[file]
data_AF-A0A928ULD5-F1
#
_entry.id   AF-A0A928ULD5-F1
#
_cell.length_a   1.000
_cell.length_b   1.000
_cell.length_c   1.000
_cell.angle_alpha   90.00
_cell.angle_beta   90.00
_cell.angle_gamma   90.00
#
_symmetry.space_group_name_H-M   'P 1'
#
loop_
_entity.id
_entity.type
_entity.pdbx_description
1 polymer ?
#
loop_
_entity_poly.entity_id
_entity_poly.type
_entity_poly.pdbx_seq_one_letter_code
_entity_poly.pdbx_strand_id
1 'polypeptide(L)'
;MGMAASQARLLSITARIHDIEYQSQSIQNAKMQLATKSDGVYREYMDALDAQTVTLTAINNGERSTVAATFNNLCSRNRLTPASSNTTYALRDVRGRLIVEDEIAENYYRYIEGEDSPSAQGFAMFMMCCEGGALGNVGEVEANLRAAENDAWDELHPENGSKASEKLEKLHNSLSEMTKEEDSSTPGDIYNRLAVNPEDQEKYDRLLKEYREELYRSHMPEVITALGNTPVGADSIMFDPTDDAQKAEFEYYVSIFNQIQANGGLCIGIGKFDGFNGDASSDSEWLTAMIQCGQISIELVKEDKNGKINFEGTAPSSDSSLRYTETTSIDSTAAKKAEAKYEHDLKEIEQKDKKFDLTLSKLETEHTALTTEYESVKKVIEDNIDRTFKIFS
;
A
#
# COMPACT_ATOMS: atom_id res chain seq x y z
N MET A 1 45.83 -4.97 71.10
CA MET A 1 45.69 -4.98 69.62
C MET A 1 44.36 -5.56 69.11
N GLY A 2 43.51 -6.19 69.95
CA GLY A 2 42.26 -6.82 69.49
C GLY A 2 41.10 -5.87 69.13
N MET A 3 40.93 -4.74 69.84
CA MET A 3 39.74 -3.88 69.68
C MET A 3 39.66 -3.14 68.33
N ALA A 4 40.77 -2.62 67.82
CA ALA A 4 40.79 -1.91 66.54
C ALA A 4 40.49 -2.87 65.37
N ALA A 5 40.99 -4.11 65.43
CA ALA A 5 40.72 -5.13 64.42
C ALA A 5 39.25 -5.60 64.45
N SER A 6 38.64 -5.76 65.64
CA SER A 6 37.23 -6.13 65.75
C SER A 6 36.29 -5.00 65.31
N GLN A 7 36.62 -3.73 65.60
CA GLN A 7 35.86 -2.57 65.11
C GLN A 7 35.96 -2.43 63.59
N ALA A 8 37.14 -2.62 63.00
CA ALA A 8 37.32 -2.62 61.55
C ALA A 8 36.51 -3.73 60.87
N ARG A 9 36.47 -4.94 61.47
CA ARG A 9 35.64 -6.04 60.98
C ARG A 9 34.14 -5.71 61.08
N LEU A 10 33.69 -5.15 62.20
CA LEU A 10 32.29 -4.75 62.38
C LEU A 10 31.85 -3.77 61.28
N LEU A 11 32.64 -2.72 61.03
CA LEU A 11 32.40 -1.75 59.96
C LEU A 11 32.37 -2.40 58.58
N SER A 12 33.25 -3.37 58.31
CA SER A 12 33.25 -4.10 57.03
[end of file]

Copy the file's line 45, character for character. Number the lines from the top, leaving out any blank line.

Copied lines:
C ALA A 5 39.25 -5.60 64.45